JORDAN Peele is best known for being one half of comedic duo Key & Peele, so it might come as a surprise that with his debut feature he has created one of the boldest, most smartly written and sharply sardonic horror movies of recent times, one that functions as much as a biting social satire as it does an unnerving racially themed horror.
Chris Washington (Daniel Kaluuya) is a young black photographer who is invited by the parents of his white girlfriend Rose (Allison Williams) to stay at their remote, affluent home in the countryside. Chris is immediately on edge, inquiring pensively if they know he’s black. “Are they racist?” he asks. She assures him no.
After a long drive that involves accidentally hitting a deer and being stopped by an overly inquisitive cop, the two arrive at the lavish estate home and the usual getting to know you chit-chat begins. At first things seem fine, if a little uncomfortable. But soon Chris starts to notice there’s something very strange about the behaviour of his would-be in-laws.
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Brain surgeon father Dean (Bradley Whitford) constantly grills him with questions about his interracial relationship with his daughter, therapist mother Missy (Catherine Keener) wants to hypnotise him to stop him from smoking and brother Jeremy (Caleb Landry Jones) comes on too strong about Chris’s physicality. Not to mention the fact that their house is run with the help of two black people who work tirelessly for them and exhibit some extremely odd behaviour.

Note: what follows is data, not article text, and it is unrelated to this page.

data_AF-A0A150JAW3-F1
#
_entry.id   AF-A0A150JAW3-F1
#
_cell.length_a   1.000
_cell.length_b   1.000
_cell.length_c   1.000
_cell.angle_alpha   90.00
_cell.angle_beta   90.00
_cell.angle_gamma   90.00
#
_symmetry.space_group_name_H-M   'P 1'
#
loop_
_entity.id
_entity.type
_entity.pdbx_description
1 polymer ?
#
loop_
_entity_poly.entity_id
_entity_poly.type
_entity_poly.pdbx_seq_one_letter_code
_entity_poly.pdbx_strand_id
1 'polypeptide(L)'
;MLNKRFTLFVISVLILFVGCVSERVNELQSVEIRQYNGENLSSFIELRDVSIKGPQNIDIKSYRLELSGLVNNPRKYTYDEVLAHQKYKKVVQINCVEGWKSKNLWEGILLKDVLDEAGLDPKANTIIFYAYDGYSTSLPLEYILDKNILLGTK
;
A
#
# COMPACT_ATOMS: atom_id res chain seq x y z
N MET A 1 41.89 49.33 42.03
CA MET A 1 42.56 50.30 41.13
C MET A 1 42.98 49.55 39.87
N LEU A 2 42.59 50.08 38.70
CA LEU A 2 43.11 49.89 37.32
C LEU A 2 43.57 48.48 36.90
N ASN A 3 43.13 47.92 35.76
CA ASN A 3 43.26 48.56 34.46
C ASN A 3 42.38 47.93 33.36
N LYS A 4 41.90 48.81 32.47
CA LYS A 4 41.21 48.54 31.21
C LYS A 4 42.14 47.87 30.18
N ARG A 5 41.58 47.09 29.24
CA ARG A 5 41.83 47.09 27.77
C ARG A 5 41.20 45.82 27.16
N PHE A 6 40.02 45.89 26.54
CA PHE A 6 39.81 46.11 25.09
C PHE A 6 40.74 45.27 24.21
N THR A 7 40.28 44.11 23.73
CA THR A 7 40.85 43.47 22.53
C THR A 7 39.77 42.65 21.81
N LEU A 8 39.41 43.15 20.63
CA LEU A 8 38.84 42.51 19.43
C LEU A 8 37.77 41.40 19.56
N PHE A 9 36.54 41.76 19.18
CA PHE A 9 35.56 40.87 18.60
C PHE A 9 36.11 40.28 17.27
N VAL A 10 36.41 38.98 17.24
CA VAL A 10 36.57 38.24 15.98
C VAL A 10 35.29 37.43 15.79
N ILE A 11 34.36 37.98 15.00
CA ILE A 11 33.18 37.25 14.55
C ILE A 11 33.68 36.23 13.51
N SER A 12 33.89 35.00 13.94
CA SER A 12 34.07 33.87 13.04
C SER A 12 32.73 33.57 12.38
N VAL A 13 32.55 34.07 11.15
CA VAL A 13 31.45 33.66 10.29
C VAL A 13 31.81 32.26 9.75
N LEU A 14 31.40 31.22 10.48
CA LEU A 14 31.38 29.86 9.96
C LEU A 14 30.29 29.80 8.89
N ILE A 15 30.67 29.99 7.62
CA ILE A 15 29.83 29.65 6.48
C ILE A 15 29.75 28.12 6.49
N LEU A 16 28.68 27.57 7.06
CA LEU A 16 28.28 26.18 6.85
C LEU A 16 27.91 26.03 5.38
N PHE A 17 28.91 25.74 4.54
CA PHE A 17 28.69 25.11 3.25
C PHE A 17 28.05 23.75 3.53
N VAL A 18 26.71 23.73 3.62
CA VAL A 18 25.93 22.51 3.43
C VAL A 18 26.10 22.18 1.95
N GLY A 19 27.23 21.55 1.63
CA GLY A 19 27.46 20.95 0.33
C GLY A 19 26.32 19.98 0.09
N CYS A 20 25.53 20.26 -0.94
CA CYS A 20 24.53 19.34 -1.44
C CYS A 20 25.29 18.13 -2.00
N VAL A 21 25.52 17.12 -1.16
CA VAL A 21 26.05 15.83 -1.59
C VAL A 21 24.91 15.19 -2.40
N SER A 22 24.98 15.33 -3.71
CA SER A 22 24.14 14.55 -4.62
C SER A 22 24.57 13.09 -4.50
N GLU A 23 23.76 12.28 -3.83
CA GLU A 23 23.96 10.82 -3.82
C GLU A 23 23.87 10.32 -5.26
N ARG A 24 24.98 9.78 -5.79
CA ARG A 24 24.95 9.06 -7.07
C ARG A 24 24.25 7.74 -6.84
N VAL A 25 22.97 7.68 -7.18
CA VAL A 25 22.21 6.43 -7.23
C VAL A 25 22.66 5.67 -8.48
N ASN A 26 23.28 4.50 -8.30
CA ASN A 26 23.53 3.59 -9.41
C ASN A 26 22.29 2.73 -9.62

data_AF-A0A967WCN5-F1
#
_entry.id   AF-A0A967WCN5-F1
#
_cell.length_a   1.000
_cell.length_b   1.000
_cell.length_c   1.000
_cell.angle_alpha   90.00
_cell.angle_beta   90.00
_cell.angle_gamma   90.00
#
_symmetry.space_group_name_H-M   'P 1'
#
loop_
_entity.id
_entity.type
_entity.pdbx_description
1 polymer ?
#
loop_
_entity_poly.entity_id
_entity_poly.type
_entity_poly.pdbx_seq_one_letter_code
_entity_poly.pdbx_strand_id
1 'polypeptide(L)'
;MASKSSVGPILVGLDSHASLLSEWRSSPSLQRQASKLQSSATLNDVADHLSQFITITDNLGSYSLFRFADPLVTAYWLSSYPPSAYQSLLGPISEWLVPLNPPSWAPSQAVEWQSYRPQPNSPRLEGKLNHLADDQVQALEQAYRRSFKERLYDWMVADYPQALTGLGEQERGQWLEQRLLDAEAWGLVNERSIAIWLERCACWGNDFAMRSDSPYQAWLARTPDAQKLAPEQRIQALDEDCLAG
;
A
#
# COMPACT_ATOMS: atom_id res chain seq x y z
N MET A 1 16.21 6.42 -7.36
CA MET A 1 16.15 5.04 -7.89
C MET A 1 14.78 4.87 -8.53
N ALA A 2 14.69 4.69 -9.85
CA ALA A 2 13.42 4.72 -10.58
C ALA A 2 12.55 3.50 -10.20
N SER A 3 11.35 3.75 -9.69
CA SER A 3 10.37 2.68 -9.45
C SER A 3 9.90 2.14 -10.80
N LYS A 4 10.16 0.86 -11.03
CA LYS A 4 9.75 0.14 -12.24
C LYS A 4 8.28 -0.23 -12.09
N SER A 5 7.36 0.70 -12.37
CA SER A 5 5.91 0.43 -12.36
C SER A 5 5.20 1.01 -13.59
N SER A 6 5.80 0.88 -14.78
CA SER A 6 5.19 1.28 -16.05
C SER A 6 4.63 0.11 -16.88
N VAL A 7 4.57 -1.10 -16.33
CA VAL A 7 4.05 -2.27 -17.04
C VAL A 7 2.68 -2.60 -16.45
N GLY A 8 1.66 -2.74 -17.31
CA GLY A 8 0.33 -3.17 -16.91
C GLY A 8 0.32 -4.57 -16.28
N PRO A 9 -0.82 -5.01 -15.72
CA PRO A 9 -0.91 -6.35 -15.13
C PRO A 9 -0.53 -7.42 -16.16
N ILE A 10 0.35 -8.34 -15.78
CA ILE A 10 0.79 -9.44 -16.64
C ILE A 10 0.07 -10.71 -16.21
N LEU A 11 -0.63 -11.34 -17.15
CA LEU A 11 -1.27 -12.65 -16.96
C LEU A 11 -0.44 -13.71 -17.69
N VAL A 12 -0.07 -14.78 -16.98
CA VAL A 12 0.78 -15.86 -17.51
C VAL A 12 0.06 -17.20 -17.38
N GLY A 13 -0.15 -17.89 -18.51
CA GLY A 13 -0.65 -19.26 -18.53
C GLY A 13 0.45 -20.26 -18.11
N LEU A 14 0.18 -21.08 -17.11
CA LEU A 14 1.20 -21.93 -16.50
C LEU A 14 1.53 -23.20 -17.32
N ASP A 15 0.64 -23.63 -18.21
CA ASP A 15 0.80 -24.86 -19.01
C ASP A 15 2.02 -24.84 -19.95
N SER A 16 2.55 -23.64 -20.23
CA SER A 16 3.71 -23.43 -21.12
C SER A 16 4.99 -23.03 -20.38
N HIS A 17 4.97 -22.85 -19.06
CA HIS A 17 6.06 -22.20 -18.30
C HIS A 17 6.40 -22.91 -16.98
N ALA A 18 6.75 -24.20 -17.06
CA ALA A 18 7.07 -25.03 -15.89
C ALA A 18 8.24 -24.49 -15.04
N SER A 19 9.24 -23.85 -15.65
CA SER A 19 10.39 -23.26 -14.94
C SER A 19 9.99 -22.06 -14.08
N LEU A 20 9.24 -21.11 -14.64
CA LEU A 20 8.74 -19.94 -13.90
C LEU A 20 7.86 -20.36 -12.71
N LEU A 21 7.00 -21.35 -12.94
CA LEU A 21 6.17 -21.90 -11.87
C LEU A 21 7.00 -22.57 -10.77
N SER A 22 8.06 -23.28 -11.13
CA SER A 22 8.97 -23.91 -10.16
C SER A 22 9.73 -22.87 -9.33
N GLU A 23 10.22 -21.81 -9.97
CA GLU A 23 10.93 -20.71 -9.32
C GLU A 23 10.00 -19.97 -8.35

Peele has made the kind of film that few experienced directors would ever dare, never mind as their first. The brilliance of it is the way it weaves together head-on explorations of racism, racial anxiety and the social construct of superiority-based skin colour in a genre where black characters are usually side-lined, stereotyped or, indeed, one of the first ones to get bumped off. It couldn’t feel any more relevant for today.
But as much as Peele is saying genuine things with his film, as a piece of cinematic art it’s just sublime. He uses a playful mix of disquieting score, space within the frame and our sense of expectations to ratchet up the tension until it resembles a claustrophobic nightmare that’s as deeply unnerving as it is hypnotic to behold. It manages to evoke great horrors of the past from Night Of The Living Dead to The Shining and beyond without ever feeling like it’s copying them.
It all adds up to a social conscious horror so brilliantly crafted, thoroughly thought-provoking, darkly funny and penetratingly disturbing that already marks Peele out as one of the most exciting new talents of the genre working today.